Easiest way to transmit CW frequency and measure received IQ?

Hi there! I’m an uber noob when it comes to SDR and especially LimeSDR. I have a LimeSDR-mini and wish to simply set a particular transmit power and frequency to then measure raw IQ from the receiver. Right now I have the TX directly connected to RX with a 10dB attenuator.

What is the easiest tool to use to accomplish this? GRC? LimeSuiteGUI? SoapySDR backend? I don’t need to do any processing of the data on the MCU or anything. If I can get raw IQ via python or something that would be ideal.

Ideally I would also like to do the following:

  • calibrate transmitted power? is this possible with onboard hardware? Obviously setting the gain is pretty easy but is there an easy way to know what the output power is at TX port with reasonable accuracy?
  • Quickly sweep a particular frequency range. I have tried to look up some discussion on this, and it seems like this might be pretty difficult.
  • Bonus points: has anyone performed TDR measurements using a LimeSDR? How doable is this?

I’m not really asking for anyone to figure this out for me obviously. BUT if you have any advice or know if any of this is doable PLEASE let me know!

Not sure if it’s easiest, but I currently just write C programs for anything I want to do, using the SoapySDR library (see C interface) with a driver/module for the LimeSDR provided by the Lime Suite.

Don’t forget to initialize the gain component “PAD” to 52.0 for maximum output power. The “IAMP” gain component should usually bet set to 0.0. It’s also important to set the antenna correctly, but I think “AUTO” is a valid setting.

If you want to transmit a single CW frequency, simply output (I, Q) = (1.0, 0.0) as samples. In that case, the device will emit a CW signal on whichever frequency it has been set to during initialization.

If you want to do a frequency sweep, you need to calculate the phase for each sample and then set the in-phase component I to cos(phase) and the quadrature component Q to sin(phase) for each sample. The cosine and sine describe a circle on the complex I/Q-plane. If you rotate with a frequency of 1 Hz counter-clockwise around the center point (0, 0), the resulting frequency will be the center frequency (that you set as frequency during initialization) plus 1 Hz. If you rotate with 2 Hz counter-clockwise, the resulting frequency will be the center frequency plus 2 Hz, and so on. Rotating clockwise (instead of counter-clockwise) results in frequencies emitted that are below the center frequency (instead of above).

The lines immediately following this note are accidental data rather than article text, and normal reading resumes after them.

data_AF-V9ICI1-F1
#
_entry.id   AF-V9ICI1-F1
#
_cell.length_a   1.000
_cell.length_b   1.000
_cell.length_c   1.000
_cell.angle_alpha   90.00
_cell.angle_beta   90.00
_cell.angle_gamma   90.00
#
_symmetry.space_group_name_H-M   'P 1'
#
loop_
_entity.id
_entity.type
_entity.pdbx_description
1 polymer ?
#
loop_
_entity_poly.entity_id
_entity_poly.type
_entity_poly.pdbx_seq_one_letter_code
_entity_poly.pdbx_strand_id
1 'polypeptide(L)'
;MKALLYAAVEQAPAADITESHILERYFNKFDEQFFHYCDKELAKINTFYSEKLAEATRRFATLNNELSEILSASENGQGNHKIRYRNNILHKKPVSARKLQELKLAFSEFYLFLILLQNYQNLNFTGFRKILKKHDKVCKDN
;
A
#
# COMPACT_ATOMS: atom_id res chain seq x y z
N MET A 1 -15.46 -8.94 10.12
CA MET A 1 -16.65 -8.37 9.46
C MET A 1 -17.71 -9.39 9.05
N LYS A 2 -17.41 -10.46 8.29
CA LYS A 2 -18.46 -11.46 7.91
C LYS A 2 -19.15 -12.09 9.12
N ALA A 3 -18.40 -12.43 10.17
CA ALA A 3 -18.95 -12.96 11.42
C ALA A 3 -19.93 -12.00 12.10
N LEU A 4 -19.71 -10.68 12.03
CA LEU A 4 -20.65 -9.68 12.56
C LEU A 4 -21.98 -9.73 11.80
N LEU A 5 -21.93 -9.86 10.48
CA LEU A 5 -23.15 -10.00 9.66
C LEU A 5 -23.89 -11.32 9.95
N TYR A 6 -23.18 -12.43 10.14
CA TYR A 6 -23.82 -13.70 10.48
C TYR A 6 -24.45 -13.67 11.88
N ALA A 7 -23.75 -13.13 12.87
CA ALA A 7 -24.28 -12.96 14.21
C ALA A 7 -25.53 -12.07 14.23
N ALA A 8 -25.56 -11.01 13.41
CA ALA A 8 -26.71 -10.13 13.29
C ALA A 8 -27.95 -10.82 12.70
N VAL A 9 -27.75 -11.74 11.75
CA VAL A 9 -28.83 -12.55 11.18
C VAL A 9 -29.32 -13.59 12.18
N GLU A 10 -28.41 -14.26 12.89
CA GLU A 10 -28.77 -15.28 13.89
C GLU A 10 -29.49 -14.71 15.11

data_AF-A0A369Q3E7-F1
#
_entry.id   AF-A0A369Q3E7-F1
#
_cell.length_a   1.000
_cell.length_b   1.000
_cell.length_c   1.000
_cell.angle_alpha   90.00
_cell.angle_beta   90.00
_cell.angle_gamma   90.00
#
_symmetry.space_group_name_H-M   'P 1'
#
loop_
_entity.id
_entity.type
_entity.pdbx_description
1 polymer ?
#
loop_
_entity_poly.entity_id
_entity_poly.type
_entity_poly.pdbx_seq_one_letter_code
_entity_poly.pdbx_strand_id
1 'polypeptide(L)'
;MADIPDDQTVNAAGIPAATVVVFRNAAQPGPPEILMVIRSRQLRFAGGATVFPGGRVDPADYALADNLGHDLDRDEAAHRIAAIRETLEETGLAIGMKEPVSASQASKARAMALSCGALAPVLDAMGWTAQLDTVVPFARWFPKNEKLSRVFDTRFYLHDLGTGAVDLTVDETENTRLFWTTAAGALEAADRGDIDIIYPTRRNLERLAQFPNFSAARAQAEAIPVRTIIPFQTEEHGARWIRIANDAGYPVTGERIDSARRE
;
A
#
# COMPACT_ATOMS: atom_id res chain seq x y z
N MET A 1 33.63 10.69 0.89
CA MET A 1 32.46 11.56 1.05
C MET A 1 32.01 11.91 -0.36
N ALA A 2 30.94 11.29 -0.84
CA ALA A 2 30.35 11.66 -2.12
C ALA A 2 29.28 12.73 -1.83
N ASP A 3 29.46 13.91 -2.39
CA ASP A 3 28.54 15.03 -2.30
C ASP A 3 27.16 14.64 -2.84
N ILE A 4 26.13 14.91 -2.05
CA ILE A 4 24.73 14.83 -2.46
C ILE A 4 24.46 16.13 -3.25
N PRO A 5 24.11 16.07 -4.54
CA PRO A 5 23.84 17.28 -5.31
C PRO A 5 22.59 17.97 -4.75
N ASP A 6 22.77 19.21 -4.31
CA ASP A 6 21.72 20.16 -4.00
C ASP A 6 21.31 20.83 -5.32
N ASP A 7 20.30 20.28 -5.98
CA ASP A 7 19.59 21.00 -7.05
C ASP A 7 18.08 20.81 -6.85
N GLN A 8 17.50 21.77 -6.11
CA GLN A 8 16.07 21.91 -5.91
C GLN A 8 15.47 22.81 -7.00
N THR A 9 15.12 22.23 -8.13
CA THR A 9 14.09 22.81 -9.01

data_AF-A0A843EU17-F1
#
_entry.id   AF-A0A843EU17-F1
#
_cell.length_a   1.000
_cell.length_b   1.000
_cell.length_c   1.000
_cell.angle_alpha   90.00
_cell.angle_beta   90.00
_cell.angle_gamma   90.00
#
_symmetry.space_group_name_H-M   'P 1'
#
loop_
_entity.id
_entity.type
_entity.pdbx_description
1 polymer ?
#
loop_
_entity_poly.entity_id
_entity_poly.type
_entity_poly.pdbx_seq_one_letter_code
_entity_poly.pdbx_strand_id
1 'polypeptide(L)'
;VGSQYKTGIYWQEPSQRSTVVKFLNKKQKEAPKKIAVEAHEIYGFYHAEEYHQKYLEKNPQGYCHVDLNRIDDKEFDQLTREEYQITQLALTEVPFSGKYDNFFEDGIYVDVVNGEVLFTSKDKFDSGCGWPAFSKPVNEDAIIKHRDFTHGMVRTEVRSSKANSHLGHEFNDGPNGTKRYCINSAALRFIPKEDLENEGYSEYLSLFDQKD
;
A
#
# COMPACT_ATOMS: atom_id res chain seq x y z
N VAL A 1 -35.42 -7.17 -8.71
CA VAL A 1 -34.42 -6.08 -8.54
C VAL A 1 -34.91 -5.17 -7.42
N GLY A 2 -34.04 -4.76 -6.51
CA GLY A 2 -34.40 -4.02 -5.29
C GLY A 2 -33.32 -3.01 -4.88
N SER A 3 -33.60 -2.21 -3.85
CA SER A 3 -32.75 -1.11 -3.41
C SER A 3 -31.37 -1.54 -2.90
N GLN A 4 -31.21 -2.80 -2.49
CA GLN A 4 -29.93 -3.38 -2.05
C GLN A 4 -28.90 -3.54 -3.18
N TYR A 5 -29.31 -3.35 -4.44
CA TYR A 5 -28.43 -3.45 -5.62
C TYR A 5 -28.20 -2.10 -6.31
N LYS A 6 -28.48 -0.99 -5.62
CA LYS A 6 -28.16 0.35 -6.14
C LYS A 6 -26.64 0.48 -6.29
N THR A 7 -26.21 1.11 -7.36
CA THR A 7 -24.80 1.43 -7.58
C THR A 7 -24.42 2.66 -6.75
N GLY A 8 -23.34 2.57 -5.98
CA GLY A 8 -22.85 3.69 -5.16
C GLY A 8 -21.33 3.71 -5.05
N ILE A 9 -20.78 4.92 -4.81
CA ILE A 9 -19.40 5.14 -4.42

That’s how I would do it, but I’m pretty sure there are some graphical tools that are easier in that regard. Maybe using GNU Radio?

Thanks for the suggestions!

So LimeSuiteGUI gives me anxiety. I’m pretty overwhelmed with all the options and parameters in there. I haven’t taken the time to get into the C or Python backends yet, but I did a simple GRC program.

So it’s easy enough to just put a constant source into the Lime Sink like so:

And receive like this:

Unfortunately that results is garbage:

However, when I do a simple Cosine source, it looks as expected:

The goal here is to get relative phase differences between the transmitted and received carrier signals. Are DC corrections enabled by default on the receiver? I can’t think of any reason why this wouldn’t work otherwise.

Me too :fearful:

Beautiful piece of art :grin:

I would suspect so. Can you try to set your RX frequency off by 10 kHz or so? I think the TX side should not have any issues with DC.

It’s really meant for advanced uses, where you might need to tune some obscure configuration parameter, and not for general usage.

Nothing wrong with a software that can tweak everything on board. I still would like to learn more about those “obscure configuration parameters” :smiley: (but not sure where to start). I guess documentation is still work in progress or is there any good starting point to get into it?

Until now, I’ve been doing all filtering in software (using a lightweight FFT implementation for C and a fast-convolution algorithm), but I think it would be awesome to actually use the GFIR on chip or other cool feature that I might not even know about yet.

The transceiver datasheet is a good start:


And then:

Have often thought that a reimplementation of LimeSuiteGUI, which was based on a hierarchical block diagram, where you could drill down and states were reflected in colours and textures etc., would be pretty nice. In any case, I just need to make very clear that this is not currently planned, before engineering colleagues with plenty to do already give me a stern look :smiley:

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I see that there is a function called “disable_DC_corrections()” in device_handler.cc

However, that is not implemented in the python wrapper for the “sink” object. I was going to try manually disabling the DC corrections in the GRC generated python file, but this function is not implemented (seen here).

Any chance that could be added?

One for @Garmus, but feel free also to add an issue to the tracker.